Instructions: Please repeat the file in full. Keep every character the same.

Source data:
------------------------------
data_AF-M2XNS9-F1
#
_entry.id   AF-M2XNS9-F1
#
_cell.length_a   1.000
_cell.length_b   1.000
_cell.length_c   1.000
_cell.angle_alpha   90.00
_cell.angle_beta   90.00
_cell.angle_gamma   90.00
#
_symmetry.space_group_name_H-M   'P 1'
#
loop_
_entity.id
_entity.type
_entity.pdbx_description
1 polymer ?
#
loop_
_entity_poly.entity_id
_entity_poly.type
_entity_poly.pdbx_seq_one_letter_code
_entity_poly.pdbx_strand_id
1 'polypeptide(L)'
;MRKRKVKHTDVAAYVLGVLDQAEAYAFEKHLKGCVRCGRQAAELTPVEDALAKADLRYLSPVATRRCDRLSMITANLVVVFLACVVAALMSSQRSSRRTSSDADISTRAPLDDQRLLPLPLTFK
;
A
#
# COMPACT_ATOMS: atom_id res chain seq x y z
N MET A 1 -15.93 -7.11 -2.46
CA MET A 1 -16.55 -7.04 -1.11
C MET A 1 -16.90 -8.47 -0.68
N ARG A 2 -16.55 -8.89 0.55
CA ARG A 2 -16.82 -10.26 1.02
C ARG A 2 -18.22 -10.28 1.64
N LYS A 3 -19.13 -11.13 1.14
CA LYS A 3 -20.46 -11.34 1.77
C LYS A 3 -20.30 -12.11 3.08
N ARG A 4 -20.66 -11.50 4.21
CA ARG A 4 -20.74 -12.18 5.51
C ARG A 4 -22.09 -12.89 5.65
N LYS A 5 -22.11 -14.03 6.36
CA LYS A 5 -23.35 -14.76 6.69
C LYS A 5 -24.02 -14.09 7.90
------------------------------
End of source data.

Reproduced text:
data_AF-M2XNS9-F1
#
_entry.id   AF-M2XNS9-F1
#
_cell.length_a   1.000
_cell.length_b   1.000
_cell.length_c   1.000
_cell.angle_alpha   90.00
_cell.angle_beta   90.00
_cell.angle_gamma   90.00
#
_symmetry.space_group_name_H-M   'P 1'
#
loop_
_entity.id
_entity.type
_entity.pdbx_description
1 polymer ?
#
loop_
_entity_poly.entity_id
_entity_poly.type
_entity_poly.pdbx_seq_one_letter_code
_entity_poly.pdbx_strand_id
1 'polypeptide(L)'
;MRKRKVKHTDVAAYVLGVLDQAEAYAFEKHLKGCVRCGRQAAELTPVEDALAKADLRYLSPVATRRCDRLSMITANLVVVFLACVVAALMSSQRSSRRTSSDADISTRAPLDDQRLLPLPLTFK
;
A
#
# COMPACT_ATOMS: atom_id res chain seq x y z
N MET A 1 -15.93 -7.11 -2.46
CA MET A 1 -16.55 -7.04 -1.11
C MET A 1 -16.90 -8.47 -0.68
N ARG A 2 -16.55 -8.89 0.55
CA ARG A 2 -16.82 -10.26 1.02
C ARG A 2 -18.22 -10.28 1.64
N LYS A 3 -19.13 -11.13 1.14
CA LYS A 3 -20.46 -11.34 1.77
C LYS A 3 -20.30 -12.11 3.08
N ARG A 4 -20.66 -11.50 4.21
CA ARG A 4 -20.74 -12.18 5.51
C ARG A 4 -22.09 -12.89 5.65
N LYS A 5 -22.11 -14.03 6.36
CA LYS A 5 -23.35 -14.76 6.69
C LYS A 5 -24.02 -14.09 7.90